We have also seen the arrival of short-form video and web apps such as YouTube and Vevo bringing clips on to mainstream TV boxes, further blurring the distinction between web and TV. Brands including Red Bull and Marks & Spencer have been experimenting with on-demand branded content on the big screen – all facilitated by the web connectivity inherent in new TV devices.

Finally, the TV industry has discovered the power of the data it holds on consumers. The TV industry has never really exploited the customer management data in its systems to tailor or target the services and content it delivers through its main devices.

This was always difficult because there was no method for connecting to, and communicating with, individual set-top boxes. TV just used to broadcast at them. The dam has now been breached with the arrival of connectivity and we are starting to see examples of targeted, dynamically inserted ad models that use this data appearing – Sky’s AdSmart is the first example at scale on TV.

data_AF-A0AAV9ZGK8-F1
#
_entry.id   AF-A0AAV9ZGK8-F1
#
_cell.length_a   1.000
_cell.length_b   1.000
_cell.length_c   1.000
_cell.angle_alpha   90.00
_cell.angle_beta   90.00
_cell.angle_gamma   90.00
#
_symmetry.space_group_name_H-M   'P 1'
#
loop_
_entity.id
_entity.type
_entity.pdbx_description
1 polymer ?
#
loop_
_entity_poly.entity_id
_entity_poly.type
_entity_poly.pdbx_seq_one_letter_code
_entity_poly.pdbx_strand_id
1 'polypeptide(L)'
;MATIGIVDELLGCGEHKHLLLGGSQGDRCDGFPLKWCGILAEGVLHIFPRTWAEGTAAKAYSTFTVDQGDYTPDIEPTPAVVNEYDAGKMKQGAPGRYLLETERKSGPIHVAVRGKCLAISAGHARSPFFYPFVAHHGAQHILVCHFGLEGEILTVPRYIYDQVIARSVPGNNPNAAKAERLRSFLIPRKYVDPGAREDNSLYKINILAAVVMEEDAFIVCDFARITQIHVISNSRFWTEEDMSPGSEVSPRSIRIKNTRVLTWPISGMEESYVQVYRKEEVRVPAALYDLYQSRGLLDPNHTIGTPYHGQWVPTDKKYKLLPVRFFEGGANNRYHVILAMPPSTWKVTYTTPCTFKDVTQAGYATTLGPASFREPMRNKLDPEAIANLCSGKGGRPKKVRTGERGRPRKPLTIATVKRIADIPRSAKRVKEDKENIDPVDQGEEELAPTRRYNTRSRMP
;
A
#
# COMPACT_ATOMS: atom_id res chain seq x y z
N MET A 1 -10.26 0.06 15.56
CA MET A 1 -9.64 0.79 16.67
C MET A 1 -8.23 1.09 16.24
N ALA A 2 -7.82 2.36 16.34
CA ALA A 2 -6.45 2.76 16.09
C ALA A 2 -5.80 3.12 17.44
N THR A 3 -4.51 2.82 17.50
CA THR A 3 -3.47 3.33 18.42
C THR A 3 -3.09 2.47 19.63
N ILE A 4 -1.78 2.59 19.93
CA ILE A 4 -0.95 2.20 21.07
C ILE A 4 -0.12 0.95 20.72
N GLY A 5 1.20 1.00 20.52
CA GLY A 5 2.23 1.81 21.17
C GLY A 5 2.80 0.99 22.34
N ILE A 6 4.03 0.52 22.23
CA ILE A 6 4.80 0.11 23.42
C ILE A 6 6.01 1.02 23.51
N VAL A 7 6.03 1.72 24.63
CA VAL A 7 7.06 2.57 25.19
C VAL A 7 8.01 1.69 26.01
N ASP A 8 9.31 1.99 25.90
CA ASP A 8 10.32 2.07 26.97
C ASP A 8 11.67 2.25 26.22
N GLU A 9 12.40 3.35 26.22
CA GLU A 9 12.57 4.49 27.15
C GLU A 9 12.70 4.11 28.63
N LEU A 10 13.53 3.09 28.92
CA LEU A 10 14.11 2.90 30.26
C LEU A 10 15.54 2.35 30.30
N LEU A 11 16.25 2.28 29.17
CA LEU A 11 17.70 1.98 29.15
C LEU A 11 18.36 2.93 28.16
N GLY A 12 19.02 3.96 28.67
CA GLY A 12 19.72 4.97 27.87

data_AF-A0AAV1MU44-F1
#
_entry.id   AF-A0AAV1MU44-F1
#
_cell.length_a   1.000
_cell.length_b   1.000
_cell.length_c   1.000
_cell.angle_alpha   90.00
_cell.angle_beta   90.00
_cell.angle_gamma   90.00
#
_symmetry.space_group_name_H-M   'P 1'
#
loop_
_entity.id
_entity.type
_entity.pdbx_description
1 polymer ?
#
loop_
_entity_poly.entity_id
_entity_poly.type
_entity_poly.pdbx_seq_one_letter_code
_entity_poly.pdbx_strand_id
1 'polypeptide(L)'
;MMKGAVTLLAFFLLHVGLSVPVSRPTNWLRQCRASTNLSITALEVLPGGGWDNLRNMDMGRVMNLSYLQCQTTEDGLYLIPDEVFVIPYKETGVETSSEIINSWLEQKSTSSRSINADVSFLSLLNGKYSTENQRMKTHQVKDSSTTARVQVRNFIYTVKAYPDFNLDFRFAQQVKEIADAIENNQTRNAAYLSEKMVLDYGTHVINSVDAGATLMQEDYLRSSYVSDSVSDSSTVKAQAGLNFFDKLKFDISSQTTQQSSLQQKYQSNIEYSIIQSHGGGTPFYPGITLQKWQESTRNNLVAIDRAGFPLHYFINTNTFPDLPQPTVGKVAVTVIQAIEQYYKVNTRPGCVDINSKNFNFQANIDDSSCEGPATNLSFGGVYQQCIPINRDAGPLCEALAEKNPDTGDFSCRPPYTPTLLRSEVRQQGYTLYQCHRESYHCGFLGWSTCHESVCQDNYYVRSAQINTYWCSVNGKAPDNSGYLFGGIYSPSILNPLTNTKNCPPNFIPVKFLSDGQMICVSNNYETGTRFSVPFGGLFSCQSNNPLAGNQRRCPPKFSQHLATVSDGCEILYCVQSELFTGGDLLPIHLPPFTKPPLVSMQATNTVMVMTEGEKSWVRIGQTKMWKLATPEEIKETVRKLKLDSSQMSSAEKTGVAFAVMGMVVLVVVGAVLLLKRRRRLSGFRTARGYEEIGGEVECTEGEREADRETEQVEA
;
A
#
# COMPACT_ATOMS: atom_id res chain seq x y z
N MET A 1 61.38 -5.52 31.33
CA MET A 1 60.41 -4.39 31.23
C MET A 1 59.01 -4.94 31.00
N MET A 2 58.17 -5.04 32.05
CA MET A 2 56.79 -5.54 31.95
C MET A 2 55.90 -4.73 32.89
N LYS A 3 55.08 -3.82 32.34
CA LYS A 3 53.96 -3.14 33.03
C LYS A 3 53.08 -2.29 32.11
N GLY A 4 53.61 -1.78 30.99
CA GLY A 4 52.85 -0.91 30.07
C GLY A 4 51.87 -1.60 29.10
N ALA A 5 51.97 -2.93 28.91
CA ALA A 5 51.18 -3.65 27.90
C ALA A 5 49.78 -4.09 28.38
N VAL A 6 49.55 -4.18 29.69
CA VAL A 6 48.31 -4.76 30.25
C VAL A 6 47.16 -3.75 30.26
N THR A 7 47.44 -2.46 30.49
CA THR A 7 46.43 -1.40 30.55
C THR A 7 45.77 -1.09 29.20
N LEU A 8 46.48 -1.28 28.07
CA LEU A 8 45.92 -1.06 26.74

It is truly a new era in television and video advertising on mainstream TV, and there will be significant changes driven through the industry because of it. Some of these will be great, some painful. But we will look back in ten years’ time and reflect that it all kicked off with a humble Ethernet cable plugged into the back of a set-top box. Now run the showreel, please.

Nigel Walley is the managing director of Decipher